Before Malcolm Gladwell made the 10,000 hours thing so cool that it became uncool again, it was a pretty neat paper. The authors did find that most world-class experts took about 10,000 hours to get there, that part is true. But not just any hours. Being alive and present for 10,000 hours doesn’t count. Plinking away at the piano for 10,000 hours or writing bad poetry for 10,000 hours or shooting free throws for 10,000 hours doesn’t make you world class.

Neither, by the way, does natural talent. Natural talent only lets you outrun the amateurs. Look at someone like Michael Phelps — from what I can tell, that guy is part fish. I feel like every four years the US media has a new set of articles about how his arms are a bit longer than average and his lung capacity is larger than most. In the next few years, I suspect we’ll learn that he has gills and swims upstream in the spring to spawn. But I’m here to tell you that, without an incredible training and coaching regimen, Phelps wouldn’t even be a contender. He’d win every local swim meet, and be destroyed at the Olympic level.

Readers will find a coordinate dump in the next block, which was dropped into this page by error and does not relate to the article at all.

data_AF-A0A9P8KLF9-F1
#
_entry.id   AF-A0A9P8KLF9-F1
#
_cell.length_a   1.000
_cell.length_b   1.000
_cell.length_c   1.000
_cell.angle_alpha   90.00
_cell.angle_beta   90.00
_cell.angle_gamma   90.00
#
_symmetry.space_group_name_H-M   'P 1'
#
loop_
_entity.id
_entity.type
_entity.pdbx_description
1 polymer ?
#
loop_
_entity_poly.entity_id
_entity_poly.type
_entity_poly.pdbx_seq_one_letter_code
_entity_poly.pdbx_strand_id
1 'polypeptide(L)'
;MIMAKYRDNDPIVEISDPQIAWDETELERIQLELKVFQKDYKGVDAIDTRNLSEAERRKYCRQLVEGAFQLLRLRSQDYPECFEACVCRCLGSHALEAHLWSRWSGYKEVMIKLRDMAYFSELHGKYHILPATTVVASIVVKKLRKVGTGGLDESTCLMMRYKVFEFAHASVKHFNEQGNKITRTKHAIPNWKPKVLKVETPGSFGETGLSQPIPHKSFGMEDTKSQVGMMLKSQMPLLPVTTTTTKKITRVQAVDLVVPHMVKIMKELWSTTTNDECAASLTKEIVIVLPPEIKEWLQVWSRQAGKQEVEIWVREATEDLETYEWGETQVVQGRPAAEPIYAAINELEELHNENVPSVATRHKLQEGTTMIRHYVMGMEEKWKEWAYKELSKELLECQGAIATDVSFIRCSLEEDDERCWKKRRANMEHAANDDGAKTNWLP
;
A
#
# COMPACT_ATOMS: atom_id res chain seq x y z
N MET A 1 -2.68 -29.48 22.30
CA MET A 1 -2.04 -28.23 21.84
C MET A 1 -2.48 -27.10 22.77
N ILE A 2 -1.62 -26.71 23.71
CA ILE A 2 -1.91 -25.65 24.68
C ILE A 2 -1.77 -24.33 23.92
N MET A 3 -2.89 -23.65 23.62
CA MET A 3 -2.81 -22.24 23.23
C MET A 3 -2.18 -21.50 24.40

The only way to get to world class level, the thing that the study authors actually mean when they talk about 10,000 hours, is something they call deliberate practice. It’s 10,000 hours of watching your tapes, and watching other people’s tapes. It’s spending six months adjusting a single form or working a single piece. It’s asking, constantly, where am I messing up, and how can I get better, who does this better than I do and what can I learn from them? Imagine 10,000 hours of that. Not an hour, or 10, or 100. It’s exhausting. It’s why being a world champion is hard.

Be vulnerable